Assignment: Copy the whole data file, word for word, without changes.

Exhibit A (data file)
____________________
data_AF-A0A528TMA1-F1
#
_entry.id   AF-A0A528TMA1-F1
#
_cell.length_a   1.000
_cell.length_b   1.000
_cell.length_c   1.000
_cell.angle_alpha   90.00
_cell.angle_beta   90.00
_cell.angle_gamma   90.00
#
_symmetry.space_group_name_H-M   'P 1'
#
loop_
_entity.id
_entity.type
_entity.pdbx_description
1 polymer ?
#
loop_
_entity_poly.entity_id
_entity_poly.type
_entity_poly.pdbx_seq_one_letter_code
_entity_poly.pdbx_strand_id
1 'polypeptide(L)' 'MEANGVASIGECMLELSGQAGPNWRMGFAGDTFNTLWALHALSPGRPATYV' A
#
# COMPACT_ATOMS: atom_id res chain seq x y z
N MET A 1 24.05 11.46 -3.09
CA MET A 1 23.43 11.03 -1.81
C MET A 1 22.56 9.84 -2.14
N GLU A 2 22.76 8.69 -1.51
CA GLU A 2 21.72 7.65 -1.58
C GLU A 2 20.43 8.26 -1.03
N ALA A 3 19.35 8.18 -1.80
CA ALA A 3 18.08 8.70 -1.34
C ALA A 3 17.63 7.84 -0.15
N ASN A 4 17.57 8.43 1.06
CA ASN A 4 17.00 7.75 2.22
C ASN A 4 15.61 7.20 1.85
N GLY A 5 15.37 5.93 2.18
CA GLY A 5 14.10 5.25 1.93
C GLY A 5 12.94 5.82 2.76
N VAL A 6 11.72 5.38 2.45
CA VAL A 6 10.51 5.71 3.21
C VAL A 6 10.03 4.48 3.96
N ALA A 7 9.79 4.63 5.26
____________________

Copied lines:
data_AF-A0A528TMA1-F1
#
_entry.id   AF-A0A528TMA1-F1
#
_cell.length_a   1.000
_cell.length_b   1.000
_cell.length_c   1.000
_cell.angle_alpha   90.00
_cell.angle_beta   90.00
_cell.angle_gamma   90.00
#
_symmetry.space_group_name_H-M   'P 1'
#
loop_
_entity.id
_entity.type
_entity.pdbx_description
1 polymer ?
#
loop_
_entity_poly.entity_id
_entity_poly.type
_entity_poly.pdbx_seq_one_letter_code
_entity_poly.pdbx_strand_id
1 'polypeptide(L)' 'MEANGVASIGECMLELSGQAGPNWRMGFAGDTFNTLWALHALSPGRPATYV' A
#
# COMPACT_ATOMS: atom_id res chain seq x y z
N MET A 1 24.05 11.46 -3.09
CA MET A 1 23.43 11.03 -1.81
C MET A 1 22.56 9.84 -2.14
N GLU A 2 22.76 8.69 -1.51
CA GLU A 2 21.72 7.65 -1.58
C GLU A 2 20.43 8.26 -1.03
N ALA A 3 19.35 8.18 -1.80
CA ALA A 3 18.08 8.70 -1.34
C ALA A 3 17.63 7.84 -0.15
N ASN A 4 17.57 8.43 1.06
CA ASN A 4 17.00 7.75 2.22
C ASN A 4 15.61 7.20 1.85
N GLY A 5 15.37 5.93 2.18
CA GLY A 5 14.10 5.25 1.93
C GLY A 5 12.94 5.82 2.76
N VAL A 6 11.72 5.38 2.45
CA VAL A 6 10.51 5.71 3.21
C VAL A 6 10.03 4.48 3.96
N ALA A 7 9.79 4.63 5.26